Healthcare News & Insights

Verdict: Fall prevention efforts aren’t working

Hospitals’ efforts to keep at-risk patients from falling may be for naught: New research indicates that most falls aren’t preventable. Overall, one-third of seniors fall — in hospitals, that rate ranges from 3% to 20%. Since falls are the leading cause of injury to senior citizens, hospitals have spent enormous amounts of time and energy on plans to keep their patients safe, including testing their vision, providing walking aids and instituting patient education campaigns.

A new report from the Journal of the American Academy of Orthopaedic Surgeons (JAAOS) says those efforts don’t — and possibly can’t — do much to prevent falls.

Many of the factors that contribute to a fall aren’t preventable — or at least aren’t anything the admitting hospital can address: conditions such as Parkinson’s and delirium, dizziness and vertigo, osteoporosis and stroke.

The study’s authors say that if the falls aren’t preventable by the hospital, then hospitals shouldn’t be held responsible for them as they currently are. (Hospitals are required to have fall prevention plans in place, and CMS classifies preventable falls as non-reimbursable.)

Obviously, hospitals need to make common sense efforts to reduce fall risk such as warning patients and keeping patient areas clean, accessible and safe. But is requiring more than that asking too much? Share your thoughts in the comments.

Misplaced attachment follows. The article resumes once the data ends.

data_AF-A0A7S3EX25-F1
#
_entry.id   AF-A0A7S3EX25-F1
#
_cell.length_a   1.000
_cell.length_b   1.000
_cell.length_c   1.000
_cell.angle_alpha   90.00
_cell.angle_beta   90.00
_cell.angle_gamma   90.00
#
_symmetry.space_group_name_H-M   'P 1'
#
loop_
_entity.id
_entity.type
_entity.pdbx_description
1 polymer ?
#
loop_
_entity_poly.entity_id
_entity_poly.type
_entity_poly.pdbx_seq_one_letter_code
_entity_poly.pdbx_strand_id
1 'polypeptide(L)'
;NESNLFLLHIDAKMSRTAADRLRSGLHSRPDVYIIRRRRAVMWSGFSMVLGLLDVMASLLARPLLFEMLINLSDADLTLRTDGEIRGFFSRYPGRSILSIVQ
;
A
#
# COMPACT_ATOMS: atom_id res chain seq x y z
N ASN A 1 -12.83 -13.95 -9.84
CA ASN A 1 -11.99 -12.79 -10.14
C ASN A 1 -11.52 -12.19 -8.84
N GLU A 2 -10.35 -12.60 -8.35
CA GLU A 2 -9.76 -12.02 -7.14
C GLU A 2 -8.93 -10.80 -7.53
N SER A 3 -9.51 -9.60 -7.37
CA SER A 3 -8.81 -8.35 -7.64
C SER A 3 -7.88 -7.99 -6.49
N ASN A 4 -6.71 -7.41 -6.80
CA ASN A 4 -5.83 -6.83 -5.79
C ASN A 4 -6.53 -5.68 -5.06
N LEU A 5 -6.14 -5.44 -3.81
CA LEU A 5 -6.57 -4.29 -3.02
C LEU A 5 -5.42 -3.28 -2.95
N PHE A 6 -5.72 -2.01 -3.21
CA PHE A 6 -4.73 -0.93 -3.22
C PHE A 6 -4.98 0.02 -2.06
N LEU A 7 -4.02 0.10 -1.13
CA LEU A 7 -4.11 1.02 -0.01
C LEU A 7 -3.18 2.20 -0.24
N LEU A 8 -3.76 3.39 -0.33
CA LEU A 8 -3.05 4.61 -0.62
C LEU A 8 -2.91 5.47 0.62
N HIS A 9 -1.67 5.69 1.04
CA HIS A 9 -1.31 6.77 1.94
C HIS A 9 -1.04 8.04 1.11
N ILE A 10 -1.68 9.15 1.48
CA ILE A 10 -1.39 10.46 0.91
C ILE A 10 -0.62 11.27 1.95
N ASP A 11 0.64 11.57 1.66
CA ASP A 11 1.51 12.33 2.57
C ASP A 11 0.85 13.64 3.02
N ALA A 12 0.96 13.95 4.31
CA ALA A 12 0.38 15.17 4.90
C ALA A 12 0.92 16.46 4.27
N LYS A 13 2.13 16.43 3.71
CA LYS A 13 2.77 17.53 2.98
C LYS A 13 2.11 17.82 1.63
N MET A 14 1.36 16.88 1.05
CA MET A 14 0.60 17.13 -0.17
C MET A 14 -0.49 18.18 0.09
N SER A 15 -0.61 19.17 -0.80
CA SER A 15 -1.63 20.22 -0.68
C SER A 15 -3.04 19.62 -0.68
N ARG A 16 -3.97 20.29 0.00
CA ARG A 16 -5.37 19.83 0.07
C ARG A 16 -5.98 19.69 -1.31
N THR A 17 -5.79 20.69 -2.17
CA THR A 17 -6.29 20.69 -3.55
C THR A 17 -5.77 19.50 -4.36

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  1. Mary J Mang says:

    This is no epiphany to those of us directing quality improvement and reporting falls as sentinel events. In addition to the true statements posted, falls are considered “never events” by CMS meaning they should not occur in hospitals at all! To add to our dilemma, accrediting bodies and CMS require hospitals to reduce the use of restraints. There is no more “trial release” testing allowed as well to see if patients no longer need restraints. I’m hoping articles such as these gain momentum to influence future CMS requirements that are beyond reasonable control.